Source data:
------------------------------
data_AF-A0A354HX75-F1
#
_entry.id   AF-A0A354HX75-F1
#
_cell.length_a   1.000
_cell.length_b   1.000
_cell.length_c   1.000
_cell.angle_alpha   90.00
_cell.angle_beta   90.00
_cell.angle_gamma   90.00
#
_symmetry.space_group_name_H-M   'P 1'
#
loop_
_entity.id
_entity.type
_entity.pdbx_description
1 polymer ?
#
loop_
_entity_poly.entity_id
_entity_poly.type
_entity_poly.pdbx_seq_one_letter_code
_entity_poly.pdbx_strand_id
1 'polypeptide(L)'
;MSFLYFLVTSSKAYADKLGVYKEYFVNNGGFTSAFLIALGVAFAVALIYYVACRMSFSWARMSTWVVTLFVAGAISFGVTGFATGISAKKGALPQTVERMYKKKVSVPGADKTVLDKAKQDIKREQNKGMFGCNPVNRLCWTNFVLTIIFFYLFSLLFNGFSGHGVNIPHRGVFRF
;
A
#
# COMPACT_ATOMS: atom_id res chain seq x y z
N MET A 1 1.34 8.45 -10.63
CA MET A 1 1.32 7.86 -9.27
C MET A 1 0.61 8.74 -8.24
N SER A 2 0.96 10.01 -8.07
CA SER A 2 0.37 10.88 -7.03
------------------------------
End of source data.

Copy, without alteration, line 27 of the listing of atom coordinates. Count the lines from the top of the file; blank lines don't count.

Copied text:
;